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Fed Releases Latest Mobile Financial Services Study
On Wednesday, March 30, 2016, the Federal Reserve (Fed) issued the results of its fifth annual survey on Consumers and Mobile Financial Services, which showed consumer adoption of mobile phones has plateaued at 87 percent. However, the percentage of mobile phone that are smartphones climbed 6 points to 71 percent. While mobile banking usage in general jumped 4 points, usage on smartphones only increased by 1 point. The most common activities were checking account balances or recent transactions (94 percent), transferring money between a user’s accounts (58 percent), and receiving an alert from the bank (56 percent). As the Fed noted in previous reports, consumer adoption of mobile payments significantly lags mobile banking by nearly half.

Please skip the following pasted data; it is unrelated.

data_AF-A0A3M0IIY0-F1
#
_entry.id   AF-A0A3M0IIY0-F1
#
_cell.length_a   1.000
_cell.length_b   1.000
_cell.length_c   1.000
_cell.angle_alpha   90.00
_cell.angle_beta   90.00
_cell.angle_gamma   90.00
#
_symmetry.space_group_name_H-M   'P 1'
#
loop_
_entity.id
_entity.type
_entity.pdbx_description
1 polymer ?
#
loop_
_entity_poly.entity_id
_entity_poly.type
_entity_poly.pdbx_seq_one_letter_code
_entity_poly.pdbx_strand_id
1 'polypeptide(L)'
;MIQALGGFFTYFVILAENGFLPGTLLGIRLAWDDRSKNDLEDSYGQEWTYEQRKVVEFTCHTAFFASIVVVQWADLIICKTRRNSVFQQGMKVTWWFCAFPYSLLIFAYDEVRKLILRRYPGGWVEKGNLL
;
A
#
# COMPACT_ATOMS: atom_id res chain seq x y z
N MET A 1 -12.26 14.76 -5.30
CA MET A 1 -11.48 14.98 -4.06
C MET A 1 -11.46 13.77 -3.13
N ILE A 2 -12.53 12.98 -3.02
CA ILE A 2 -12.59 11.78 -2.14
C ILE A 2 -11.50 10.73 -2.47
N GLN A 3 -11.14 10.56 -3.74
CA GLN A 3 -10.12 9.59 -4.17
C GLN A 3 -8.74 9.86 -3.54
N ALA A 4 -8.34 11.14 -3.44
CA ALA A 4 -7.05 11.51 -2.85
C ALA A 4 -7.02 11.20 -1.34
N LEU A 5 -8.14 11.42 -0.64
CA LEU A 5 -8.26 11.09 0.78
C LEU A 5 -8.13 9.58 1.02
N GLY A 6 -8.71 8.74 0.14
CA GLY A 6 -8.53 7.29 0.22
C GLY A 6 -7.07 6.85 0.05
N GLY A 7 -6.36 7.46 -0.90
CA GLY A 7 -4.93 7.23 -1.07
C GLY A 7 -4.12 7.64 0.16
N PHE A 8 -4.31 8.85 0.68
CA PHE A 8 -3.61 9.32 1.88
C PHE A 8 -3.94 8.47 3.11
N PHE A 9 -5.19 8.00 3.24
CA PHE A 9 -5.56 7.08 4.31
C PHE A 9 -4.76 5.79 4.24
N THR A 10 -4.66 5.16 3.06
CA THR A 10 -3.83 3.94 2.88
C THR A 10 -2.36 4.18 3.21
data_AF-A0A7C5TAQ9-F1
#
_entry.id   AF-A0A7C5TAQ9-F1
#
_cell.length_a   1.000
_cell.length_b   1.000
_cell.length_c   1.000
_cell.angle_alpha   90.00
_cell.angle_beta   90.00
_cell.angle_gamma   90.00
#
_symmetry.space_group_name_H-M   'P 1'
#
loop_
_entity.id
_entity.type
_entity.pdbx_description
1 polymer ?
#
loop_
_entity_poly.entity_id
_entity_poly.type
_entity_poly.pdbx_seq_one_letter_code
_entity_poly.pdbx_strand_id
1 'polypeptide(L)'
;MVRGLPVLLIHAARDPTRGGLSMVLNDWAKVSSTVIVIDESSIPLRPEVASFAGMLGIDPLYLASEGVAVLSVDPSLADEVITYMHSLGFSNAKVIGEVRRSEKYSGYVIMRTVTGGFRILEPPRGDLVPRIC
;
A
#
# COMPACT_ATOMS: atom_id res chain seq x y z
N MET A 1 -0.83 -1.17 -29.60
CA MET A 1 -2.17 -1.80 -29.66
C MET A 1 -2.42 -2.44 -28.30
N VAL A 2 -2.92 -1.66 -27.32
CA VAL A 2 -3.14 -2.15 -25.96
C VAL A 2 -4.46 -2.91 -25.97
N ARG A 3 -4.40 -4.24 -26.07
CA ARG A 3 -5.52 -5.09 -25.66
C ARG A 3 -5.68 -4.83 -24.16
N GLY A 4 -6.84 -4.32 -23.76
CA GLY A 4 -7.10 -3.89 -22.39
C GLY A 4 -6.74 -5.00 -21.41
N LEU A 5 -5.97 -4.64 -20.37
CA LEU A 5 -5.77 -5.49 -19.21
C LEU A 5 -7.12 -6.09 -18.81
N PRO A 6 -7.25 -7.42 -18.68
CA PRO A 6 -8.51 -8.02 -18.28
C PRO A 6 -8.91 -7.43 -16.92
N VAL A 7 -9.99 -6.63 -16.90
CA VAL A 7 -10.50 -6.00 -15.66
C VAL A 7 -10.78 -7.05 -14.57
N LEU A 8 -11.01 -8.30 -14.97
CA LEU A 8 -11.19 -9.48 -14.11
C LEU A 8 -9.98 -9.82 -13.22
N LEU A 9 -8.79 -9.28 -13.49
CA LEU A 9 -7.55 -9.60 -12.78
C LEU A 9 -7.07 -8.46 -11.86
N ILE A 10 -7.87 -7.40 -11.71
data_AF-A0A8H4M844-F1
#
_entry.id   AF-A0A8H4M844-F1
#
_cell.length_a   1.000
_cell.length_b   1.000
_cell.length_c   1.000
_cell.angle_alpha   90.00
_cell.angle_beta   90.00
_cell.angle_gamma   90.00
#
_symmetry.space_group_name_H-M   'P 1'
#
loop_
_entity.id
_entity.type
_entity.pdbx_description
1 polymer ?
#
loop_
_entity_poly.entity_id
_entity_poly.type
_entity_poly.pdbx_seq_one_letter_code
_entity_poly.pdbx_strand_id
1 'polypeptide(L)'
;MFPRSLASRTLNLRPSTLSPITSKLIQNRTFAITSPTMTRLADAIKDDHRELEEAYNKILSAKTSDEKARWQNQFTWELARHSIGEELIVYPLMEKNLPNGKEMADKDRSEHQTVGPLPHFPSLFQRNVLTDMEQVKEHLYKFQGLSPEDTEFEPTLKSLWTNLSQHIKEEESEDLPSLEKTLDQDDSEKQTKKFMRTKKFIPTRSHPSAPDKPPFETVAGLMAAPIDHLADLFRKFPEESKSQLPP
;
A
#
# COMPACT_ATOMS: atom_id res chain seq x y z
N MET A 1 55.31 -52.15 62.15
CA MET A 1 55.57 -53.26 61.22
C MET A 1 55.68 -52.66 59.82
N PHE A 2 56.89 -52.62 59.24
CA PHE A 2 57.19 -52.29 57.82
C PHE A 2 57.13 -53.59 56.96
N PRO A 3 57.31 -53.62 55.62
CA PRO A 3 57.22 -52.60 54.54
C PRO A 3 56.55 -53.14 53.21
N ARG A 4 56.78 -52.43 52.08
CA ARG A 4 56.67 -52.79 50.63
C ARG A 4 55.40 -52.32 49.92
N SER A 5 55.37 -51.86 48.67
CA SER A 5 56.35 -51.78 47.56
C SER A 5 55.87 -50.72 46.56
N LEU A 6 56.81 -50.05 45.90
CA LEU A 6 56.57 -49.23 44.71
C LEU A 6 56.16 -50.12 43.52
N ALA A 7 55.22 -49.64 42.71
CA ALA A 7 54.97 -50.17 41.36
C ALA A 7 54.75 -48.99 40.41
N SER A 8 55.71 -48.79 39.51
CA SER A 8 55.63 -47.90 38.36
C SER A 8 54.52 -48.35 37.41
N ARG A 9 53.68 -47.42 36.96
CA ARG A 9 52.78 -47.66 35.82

For consumers who do not use mobile banking or mobile payments, 88 percent indicated their “banking needs are being met without the use of mobile banking” and 80 percent believed it is “easier to pay with cash or credit/debit cards.”
Since 2011, the Fed has surveyed how consumers use their mobile phones to interact with financial institutions, make payments, and manage their personal finances. The Survey of Consumers' Use of Mobile Financial Services is fielded each November and results are released the following March.